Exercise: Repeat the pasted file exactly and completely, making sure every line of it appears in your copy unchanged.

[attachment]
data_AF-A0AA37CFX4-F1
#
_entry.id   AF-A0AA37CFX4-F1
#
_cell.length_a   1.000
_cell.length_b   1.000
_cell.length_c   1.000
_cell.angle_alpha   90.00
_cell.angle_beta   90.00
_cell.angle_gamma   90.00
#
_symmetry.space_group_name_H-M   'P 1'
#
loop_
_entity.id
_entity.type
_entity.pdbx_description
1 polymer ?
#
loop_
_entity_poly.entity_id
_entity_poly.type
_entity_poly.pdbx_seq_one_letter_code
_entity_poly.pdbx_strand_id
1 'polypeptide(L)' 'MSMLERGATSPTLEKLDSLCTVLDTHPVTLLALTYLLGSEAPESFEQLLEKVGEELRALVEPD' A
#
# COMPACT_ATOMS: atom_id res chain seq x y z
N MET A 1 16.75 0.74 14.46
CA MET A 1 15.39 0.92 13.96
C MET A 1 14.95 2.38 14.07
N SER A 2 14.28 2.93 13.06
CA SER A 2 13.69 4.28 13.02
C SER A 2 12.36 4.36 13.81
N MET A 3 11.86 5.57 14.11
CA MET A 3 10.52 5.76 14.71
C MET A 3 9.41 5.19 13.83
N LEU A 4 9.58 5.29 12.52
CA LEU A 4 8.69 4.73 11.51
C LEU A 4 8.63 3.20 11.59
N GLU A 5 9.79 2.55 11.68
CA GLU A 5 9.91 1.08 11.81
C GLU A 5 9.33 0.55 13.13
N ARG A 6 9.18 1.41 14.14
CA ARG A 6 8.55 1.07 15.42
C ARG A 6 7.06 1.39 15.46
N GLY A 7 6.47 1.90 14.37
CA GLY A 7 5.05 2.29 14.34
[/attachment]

data_AF-A0AA37CFX4-F1
#
_entry.id   AF-A0AA37CFX4-F1
#
_cell.length_a   1.000
_cell.length_b   1.000
_cell.length_c   1.000
_cell.angle_alpha   90.00
_cell.angle_beta   90.00
_cell.angle_gamma   90.00
#
_symmetry.space_group_name_H-M   'P 1'
#
loop_
_entity.id
_entity.type
_entity.pdbx_description
1 polymer ?
#
loop_
_entity_poly.entity_id
_entity_poly.type
_entity_poly.pdbx_seq_one_letter_code
_entity_poly.pdbx_strand_id
1 'polypeptide(L)' 'MSMLERGATSPTLEKLDSLCTVLDTHPVTLLALTYLLGSEAPESFEQLLEKVGEELRALVEPD' A
#
# COMPACT_ATOMS: atom_id res chain seq x y z
N MET A 1 16.75 0.74 14.46
CA MET A 1 15.39 0.92 13.96
C MET A 1 14.95 2.38 14.07
N SER A 2 14.28 2.93 13.06
CA SER A 2 13.69 4.28 13.02
C SER A 2 12.36 4.36 13.81
N MET A 3 11.86 5.57 14.11
CA MET A 3 10.52 5.76 14.71
C MET A 3 9.41 5.19 13.83
N LEU A 4 9.58 5.29 12.52
CA LEU A 4 8.69 4.73 11.51
C LEU A 4 8.63 3.20 11.59
N GLU A 5 9.79 2.55 11.68
CA GLU A 5 9.91 1.08 11.81
C GLU A 5 9.33 0.55 13.13
N ARG A 6 9.18 1.41 14.14
CA ARG A 6 8.55 1.07 15.42
C ARG A 6 7.06 1.39 15.46
N GLY A 7 6.47 1.90 14.37
CA GLY A 7 5.05 2.29 14.34